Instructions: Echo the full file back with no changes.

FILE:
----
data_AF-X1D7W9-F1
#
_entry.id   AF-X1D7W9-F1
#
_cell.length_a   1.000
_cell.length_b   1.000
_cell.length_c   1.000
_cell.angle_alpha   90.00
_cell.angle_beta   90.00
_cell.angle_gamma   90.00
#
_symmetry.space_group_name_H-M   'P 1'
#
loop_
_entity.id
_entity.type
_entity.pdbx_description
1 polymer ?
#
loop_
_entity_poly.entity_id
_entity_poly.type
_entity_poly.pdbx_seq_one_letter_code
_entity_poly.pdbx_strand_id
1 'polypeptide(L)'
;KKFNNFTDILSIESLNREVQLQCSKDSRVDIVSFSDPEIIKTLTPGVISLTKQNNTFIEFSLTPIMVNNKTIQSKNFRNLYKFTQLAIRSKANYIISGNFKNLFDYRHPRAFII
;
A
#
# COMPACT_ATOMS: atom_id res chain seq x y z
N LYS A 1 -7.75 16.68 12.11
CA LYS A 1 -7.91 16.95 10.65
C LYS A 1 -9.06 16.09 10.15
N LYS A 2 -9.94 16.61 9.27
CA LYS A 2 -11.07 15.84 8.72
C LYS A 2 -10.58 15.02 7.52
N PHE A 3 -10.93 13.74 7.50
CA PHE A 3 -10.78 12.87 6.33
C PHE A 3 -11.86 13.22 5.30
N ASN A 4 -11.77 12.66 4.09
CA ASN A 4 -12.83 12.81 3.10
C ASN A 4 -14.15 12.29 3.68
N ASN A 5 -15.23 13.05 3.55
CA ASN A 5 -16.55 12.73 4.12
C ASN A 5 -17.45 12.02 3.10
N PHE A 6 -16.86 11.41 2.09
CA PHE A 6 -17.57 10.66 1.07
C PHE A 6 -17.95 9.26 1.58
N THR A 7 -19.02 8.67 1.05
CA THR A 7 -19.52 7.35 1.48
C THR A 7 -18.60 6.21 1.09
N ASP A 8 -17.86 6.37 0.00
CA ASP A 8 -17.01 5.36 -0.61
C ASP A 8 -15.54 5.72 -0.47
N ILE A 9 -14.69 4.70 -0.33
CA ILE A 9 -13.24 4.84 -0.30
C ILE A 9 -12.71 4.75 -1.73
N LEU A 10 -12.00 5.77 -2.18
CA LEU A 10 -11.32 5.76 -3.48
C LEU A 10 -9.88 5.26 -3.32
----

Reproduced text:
data_AF-X1D7W9-F1
#
_entry.id   AF-X1D7W9-F1
#
_cell.length_a   1.000
_cell.length_b   1.000
_cell.length_c   1.000
_cell.angle_alpha   90.00
_cell.angle_beta   90.00
_cell.angle_gamma   90.00
#
_symmetry.space_group_name_H-M   'P 1'
#
loop_
_entity.id
_entity.type
_entity.pdbx_description
1 polymer ?
#
loop_
_entity_poly.entity_id
_entity_poly.type
_entity_poly.pdbx_seq_one_letter_code
_entity_poly.pdbx_strand_id
1 'polypeptide(L)'
;KKFNNFTDILSIESLNREVQLQCSKDSRVDIVSFSDPEIIKTLTPGVISLTKQNNTFIEFSLTPIMVNNKTIQSKNFRNLYKFTQLAIRSKANYIISGNFKNLFDYRHPRAFII
;
A
#
# COMPACT_ATOMS: atom_id res chain seq x y z
N LYS A 1 -7.75 16.68 12.11
CA LYS A 1 -7.91 16.95 10.65
C LYS A 1 -9.06 16.09 10.15
N LYS A 2 -9.94 16.61 9.27
CA LYS A 2 -11.07 15.84 8.72
C LYS A 2 -10.58 15.02 7.52
N PHE A 3 -10.93 13.74 7.50
CA PHE A 3 -10.78 12.87 6.33
C PHE A 3 -11.86 13.22 5.30
N ASN A 4 -11.77 12.66 4.09
CA ASN A 4 -12.83 12.81 3.10
C ASN A 4 -14.15 12.29 3.68
N ASN A 5 -15.23 13.05 3.55
CA ASN A 5 -16.55 12.73 4.12
C ASN A 5 -17.45 12.02 3.10
N PHE A 6 -16.86 11.41 2.09
CA PHE A 6 -17.57 10.66 1.07
C PHE A 6 -17.95 9.26 1.58
N THR A 7 -19.02 8.67 1.05
CA THR A 7 -19.52 7.35 1.48
C THR A 7 -18.60 6.21 1.09
N ASP A 8 -17.86 6.37 0.00
CA ASP A 8 -17.01 5.36 -0.61
C ASP A 8 -15.54 5.72 -0.47
N ILE A 9 -14.69 4.70 -0.33
CA ILE A 9 -13.24 4.84 -0.30
C ILE A 9 -12.71 4.75 -1.73
N LEU A 10 -12.00 5.77 -2.18
CA LEU A 10 -11.32 5.76 -3.48
C LEU A 10 -9.88 5.26 -3.32